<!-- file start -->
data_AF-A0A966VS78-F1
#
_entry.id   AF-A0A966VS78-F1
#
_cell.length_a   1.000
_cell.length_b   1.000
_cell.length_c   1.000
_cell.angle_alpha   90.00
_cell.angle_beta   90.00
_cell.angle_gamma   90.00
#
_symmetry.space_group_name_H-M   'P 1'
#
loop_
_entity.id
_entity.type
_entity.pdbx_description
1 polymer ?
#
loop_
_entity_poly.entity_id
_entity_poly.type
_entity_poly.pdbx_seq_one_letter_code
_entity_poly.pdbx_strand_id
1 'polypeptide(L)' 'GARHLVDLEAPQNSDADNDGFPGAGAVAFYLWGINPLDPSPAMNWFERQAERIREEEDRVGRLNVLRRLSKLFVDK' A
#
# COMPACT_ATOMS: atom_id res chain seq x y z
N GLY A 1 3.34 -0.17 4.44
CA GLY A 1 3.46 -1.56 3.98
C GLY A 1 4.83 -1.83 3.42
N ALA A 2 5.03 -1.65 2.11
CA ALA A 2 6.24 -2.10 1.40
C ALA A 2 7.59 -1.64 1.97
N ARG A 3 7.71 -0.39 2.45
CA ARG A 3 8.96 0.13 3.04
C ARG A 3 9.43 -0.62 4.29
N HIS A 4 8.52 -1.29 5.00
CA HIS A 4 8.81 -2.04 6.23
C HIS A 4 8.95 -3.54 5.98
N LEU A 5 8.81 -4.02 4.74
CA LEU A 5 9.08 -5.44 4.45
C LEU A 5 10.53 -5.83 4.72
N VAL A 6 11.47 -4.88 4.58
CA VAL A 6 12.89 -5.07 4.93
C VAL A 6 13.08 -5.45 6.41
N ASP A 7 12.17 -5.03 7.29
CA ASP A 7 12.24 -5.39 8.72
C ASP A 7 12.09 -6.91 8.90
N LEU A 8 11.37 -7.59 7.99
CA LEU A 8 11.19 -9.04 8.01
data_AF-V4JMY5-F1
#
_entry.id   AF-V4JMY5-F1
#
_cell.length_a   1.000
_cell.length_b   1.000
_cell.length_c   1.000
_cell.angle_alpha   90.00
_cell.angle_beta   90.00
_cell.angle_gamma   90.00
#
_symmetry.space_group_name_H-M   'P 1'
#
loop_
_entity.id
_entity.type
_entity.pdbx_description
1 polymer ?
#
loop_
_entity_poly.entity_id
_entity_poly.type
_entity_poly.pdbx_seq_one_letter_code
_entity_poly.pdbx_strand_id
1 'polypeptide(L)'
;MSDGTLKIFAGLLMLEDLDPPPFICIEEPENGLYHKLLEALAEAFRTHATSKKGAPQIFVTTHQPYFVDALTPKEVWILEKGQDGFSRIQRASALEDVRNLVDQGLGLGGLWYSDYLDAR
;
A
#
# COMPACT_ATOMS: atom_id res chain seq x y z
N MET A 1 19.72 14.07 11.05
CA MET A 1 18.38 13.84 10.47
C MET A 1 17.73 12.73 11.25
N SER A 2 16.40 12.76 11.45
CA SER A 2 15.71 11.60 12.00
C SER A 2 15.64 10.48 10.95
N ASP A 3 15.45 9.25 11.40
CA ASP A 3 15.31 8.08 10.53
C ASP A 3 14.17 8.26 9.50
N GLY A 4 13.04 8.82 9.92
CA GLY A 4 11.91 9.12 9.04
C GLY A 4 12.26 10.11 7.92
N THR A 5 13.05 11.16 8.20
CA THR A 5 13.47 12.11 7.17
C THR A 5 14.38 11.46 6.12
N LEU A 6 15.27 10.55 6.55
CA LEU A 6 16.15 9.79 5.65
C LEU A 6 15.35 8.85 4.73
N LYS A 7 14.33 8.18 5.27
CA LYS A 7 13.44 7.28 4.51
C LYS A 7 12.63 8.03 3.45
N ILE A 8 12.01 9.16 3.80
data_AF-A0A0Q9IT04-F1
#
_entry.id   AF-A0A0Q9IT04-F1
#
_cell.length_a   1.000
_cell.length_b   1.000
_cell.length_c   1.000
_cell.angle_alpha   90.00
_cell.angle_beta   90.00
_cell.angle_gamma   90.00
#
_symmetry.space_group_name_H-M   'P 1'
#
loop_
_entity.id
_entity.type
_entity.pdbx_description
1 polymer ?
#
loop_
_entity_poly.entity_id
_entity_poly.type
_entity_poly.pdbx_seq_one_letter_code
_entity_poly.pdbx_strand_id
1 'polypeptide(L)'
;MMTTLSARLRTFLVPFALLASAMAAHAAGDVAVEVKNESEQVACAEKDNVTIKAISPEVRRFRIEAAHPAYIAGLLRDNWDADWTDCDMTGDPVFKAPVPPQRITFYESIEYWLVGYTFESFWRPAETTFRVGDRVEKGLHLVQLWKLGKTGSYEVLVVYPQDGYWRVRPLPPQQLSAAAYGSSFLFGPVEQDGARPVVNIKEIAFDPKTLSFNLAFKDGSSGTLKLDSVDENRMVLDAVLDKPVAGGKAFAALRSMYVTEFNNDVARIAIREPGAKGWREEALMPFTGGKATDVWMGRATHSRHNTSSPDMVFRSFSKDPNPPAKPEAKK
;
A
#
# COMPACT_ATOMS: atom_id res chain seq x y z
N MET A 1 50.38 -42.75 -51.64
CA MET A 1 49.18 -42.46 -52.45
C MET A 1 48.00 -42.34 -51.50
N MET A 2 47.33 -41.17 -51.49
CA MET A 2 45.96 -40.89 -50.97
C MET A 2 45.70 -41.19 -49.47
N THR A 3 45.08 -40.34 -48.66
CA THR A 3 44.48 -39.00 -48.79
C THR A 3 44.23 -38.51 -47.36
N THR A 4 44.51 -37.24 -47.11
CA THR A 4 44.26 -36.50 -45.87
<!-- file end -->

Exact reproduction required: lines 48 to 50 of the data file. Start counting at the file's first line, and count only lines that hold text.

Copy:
C ASP A 7 12.09 -6.91 8.90
N LEU A 8 11.37 -7.59 7.99
CA LEU A 8 11.19 -9.04 8.01